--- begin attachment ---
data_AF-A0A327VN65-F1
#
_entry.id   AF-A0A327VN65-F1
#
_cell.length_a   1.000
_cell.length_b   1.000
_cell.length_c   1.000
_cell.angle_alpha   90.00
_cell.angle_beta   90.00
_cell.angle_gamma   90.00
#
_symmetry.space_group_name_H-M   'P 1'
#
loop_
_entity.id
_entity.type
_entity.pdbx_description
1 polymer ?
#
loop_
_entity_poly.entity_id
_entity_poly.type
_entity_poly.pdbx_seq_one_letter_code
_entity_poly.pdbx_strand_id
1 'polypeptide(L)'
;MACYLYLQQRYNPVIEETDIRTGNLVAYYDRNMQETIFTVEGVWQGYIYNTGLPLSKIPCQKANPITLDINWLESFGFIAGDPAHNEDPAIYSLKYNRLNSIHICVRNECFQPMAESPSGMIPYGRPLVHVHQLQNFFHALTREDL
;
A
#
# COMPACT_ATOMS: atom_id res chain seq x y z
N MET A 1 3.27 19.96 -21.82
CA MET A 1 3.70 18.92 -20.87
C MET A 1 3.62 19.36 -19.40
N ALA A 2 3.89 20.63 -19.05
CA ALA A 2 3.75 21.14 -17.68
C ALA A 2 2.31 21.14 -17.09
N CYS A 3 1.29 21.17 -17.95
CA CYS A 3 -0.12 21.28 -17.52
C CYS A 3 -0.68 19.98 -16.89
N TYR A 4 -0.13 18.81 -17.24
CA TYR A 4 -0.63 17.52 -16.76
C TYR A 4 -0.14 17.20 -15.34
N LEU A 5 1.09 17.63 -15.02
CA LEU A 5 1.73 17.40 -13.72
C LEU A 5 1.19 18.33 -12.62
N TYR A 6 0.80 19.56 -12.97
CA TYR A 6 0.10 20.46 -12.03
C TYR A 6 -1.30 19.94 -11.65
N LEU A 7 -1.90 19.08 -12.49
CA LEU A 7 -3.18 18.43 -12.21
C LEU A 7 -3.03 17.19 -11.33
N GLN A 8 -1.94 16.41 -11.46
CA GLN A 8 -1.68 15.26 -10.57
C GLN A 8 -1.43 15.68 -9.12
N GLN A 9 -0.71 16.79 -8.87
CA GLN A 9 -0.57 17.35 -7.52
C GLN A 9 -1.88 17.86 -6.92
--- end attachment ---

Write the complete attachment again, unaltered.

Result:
data_AF-A0A327VN65-F1
#
_entry.id   AF-A0A327VN65-F1
#
_cell.length_a   1.000
_cell.length_b   1.000
_cell.length_c   1.000
_cell.angle_alpha   90.00
_cell.angle_beta   90.00
_cell.angle_gamma   90.00
#
_symmetry.space_group_name_H-M   'P 1'
#
loop_
_entity.id
_entity.type
_entity.pdbx_description
1 polymer ?
#
loop_
_entity_poly.entity_id
_entity_poly.type
_entity_poly.pdbx_seq_one_letter_code
_entity_poly.pdbx_strand_id
1 'polypeptide(L)'
;MACYLYLQQRYNPVIEETDIRTGNLVAYYDRNMQETIFTVEGVWQGYIYNTGLPLSKIPCQKANPITLDINWLESFGFIAGDPAHNEDPAIYSLKYNRLNSIHICVRNECFQPMAESPSGMIPYGRPLVHVHQLQNFFHALTREDL
;
A
#
# COMPACT_ATOMS: atom_id res chain seq x y z
N MET A 1 3.27 19.96 -21.82
CA MET A 1 3.70 18.92 -20.87
C MET A 1 3.62 19.36 -19.40
N ALA A 2 3.89 20.63 -19.05
CA ALA A 2 3.75 21.14 -17.68
C ALA A 2 2.31 21.14 -17.09
N CYS A 3 1.29 21.17 -17.95
CA CYS A 3 -0.12 21.28 -17.52
C CYS A 3 -0.68 19.98 -16.89
N TYR A 4 -0.13 18.81 -17.24
CA TYR A 4 -0.63 17.52 -16.76
C TYR A 4 -0.14 17.20 -15.34
N LEU A 5 1.09 17.63 -15.02
CA LEU A 5 1.73 17.40 -13.72
C LEU A 5 1.19 18.33 -12.62
N TYR A 6 0.80 19.56 -12.97
CA TYR A 6 0.10 20.46 -12.03
C TYR A 6 -1.30 19.94 -11.65
N LEU A 7 -1.90 19.08 -12.49
CA LEU A 7 -3.18 18.43 -12.21
C LEU A 7 -3.03 17.19 -11.33
N GLN A 8 -1.94 16.41 -11.46
CA GLN A 8 -1.68 15.26 -10.57
C GLN A 8 -1.43 15.68 -9.12
N GLN A 9 -0.71 16.79 -8.87
CA GLN A 9 -0.57 17.35 -7.52
C GLN A 9 -1.88 17.86 -6.92